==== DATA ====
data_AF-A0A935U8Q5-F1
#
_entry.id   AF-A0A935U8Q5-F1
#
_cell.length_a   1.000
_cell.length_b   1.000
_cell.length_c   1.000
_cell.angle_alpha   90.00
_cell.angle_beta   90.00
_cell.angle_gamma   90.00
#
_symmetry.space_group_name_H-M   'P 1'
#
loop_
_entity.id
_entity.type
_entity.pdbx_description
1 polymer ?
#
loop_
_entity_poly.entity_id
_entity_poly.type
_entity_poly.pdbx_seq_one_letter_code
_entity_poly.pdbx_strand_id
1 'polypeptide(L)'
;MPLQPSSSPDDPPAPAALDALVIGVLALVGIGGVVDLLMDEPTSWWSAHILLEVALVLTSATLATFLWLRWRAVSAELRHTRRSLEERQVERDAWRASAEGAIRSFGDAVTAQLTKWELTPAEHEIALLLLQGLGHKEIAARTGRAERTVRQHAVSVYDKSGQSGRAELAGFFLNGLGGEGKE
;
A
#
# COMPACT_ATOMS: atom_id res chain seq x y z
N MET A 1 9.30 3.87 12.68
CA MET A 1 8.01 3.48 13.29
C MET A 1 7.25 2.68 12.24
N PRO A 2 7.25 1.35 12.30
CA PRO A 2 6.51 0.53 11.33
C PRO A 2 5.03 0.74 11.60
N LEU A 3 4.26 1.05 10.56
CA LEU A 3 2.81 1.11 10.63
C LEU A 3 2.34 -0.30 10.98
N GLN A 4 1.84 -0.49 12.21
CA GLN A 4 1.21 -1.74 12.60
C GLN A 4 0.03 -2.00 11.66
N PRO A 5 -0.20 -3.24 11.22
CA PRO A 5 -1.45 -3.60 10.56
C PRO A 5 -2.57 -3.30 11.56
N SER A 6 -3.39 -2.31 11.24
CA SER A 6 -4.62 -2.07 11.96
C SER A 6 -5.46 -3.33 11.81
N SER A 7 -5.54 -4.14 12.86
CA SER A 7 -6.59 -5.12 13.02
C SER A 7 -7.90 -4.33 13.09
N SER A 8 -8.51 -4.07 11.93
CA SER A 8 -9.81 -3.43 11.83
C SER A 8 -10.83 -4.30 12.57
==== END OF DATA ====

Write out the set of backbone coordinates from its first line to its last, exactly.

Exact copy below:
data_AF-A0A935U8Q5-F1
#
_entry.id   AF-A0A935U8Q5-F1
#
_cell.length_a   1.000
_cell.length_b   1.000
_cell.length_c   1.000
_cell.angle_alpha   90.00
_cell.angle_beta   90.00
_cell.angle_gamma   90.00
#
_symmetry.space_group_name_H-M   'P 1'
#
loop_
_entity.id
_entity.type
_entity.pdbx_description
1 polymer ?
#
loop_
_entity_poly.entity_id
_entity_poly.type
_entity_poly.pdbx_seq_one_letter_code
_entity_poly.pdbx_strand_id
1 'polypeptide(L)'
;MPLQPSSSPDDPPAPAALDALVIGVLALVGIGGVVDLLMDEPTSWWSAHILLEVALVLTSATLATFLWLRWRAVSAELRHTRRSLEERQVERDAWRASAEGAIRSFGDAVTAQLTKWELTPAEHEIALLLLQGLGHKEIAARTGRAERTVRQHAVSVYDKSGQSGRAELAGFFLNGLGGEGKE
;
A
#
# COMPACT_ATOMS: atom_id res chain seq x y z
N MET A 1 9.30 3.87 12.68
CA MET A 1 8.01 3.48 13.29
C MET A 1 7.25 2.68 12.24
N PRO A 2 7.25 1.35 12.30
CA PRO A 2 6.51 0.53 11.33
C PRO A 2 5.03 0.74 11.60
N LEU A 3 4.26 1.05 10.56
CA LEU A 3 2.81 1.11 10.63
C LEU A 3 2.34 -0.30 10.98
N GLN A 4 1.84 -0.49 12.21
CA GLN A 4 1.21 -1.74 12.60
C GLN A 4 0.03 -2.00 11.66
N PRO A 5 -0.20 -3.24 11.22
CA PRO A 5 -1.45 -3.60 10.56
C PRO A 5 -2.57 -3.30 11.56
N SER A 6 -3.39 -2.31 11.24
CA SER A 6 -4.62 -2.07 11.96
C SER A 6 -5.46 -3.33 11.81
N SER A 7 -5.54 -4.14 12.86
CA SER A 7 -6.59 -5.12 13.02
C SER A 7 -7.90 -4.33 13.09
N SER A 8 -8.51 -4.07 11.93
CA SER A 8 -9.81 -3.43 11.83
C SER A 8 -10.83 -4.30 12.57